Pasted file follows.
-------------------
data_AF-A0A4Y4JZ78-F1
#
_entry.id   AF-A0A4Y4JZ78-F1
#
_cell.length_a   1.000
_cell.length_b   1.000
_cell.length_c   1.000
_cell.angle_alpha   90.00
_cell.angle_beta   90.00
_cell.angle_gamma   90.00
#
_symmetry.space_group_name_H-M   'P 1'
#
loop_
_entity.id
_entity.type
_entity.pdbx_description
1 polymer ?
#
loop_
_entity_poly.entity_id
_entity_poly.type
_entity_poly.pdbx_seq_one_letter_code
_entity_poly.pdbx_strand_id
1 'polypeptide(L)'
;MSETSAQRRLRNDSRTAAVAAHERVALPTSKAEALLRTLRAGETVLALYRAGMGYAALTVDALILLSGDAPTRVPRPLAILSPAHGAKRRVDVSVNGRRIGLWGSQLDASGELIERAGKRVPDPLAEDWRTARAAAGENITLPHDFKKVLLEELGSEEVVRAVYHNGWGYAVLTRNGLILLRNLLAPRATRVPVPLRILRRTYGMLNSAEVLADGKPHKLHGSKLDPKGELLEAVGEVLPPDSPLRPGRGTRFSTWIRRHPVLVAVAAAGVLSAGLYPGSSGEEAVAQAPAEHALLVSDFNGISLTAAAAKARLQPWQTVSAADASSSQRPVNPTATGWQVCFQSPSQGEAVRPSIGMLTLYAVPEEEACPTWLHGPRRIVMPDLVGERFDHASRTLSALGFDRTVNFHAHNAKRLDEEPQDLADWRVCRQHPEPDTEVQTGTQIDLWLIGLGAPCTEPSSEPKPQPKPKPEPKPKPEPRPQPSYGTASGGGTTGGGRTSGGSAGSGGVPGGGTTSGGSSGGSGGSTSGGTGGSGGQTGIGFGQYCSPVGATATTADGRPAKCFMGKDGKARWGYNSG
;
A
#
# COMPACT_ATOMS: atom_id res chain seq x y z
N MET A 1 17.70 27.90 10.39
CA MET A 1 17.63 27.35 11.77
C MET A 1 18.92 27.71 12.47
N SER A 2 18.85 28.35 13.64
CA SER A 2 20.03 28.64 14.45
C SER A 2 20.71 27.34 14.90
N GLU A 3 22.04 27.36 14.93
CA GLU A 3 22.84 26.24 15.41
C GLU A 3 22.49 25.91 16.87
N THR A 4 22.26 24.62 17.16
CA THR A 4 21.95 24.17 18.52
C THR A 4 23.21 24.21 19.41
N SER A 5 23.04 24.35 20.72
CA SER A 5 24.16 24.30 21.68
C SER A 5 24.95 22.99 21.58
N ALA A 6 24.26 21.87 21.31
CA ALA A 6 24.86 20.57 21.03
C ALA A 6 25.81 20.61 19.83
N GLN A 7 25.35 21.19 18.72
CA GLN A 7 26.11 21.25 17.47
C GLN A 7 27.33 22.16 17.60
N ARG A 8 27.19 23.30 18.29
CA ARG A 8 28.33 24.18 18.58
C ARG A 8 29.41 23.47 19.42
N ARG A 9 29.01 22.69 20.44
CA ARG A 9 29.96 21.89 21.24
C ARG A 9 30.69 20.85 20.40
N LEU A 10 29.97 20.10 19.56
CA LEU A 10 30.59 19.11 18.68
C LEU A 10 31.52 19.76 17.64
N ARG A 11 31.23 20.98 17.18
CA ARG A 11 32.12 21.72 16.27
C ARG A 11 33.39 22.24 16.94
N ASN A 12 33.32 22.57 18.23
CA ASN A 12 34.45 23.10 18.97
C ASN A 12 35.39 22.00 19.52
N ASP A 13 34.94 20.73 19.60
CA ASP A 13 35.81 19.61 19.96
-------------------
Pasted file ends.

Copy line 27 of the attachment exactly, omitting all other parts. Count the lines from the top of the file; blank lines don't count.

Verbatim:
;